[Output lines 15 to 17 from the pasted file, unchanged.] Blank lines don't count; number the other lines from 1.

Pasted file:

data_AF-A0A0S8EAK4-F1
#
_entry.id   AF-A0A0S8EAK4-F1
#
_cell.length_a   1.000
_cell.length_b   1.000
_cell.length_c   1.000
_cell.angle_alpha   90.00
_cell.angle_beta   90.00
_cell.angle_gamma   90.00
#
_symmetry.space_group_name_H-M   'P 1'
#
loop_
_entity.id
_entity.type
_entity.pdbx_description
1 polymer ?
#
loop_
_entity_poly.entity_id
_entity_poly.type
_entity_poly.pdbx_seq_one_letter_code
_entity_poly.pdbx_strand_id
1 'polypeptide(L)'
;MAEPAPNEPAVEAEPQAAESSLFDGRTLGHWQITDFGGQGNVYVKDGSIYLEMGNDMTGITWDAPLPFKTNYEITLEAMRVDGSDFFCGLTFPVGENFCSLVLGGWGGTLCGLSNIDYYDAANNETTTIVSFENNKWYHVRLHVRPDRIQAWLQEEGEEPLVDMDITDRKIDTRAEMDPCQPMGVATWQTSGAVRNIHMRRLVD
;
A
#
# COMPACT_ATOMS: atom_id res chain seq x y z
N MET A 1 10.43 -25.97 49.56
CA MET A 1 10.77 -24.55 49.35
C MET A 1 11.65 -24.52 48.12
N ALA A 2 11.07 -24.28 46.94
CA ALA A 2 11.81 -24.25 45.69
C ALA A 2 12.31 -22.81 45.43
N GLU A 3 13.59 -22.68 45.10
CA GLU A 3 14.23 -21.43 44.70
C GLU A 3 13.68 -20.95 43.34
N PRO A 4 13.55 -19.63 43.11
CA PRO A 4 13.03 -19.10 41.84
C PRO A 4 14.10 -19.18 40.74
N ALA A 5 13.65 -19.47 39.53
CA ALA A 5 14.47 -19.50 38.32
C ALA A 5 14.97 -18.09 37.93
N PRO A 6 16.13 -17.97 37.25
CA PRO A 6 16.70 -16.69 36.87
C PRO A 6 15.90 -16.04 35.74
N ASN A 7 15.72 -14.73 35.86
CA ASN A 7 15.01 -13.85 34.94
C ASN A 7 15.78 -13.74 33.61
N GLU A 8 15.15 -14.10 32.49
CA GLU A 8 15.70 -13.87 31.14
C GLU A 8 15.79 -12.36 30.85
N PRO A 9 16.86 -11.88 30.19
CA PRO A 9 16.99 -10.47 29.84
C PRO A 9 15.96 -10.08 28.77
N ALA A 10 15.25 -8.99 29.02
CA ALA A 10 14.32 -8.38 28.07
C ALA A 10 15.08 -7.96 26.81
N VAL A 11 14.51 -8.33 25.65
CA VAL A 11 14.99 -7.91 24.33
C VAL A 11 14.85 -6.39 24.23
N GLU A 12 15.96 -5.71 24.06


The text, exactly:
_entity.id
_entity.type
_entity.pdbx_description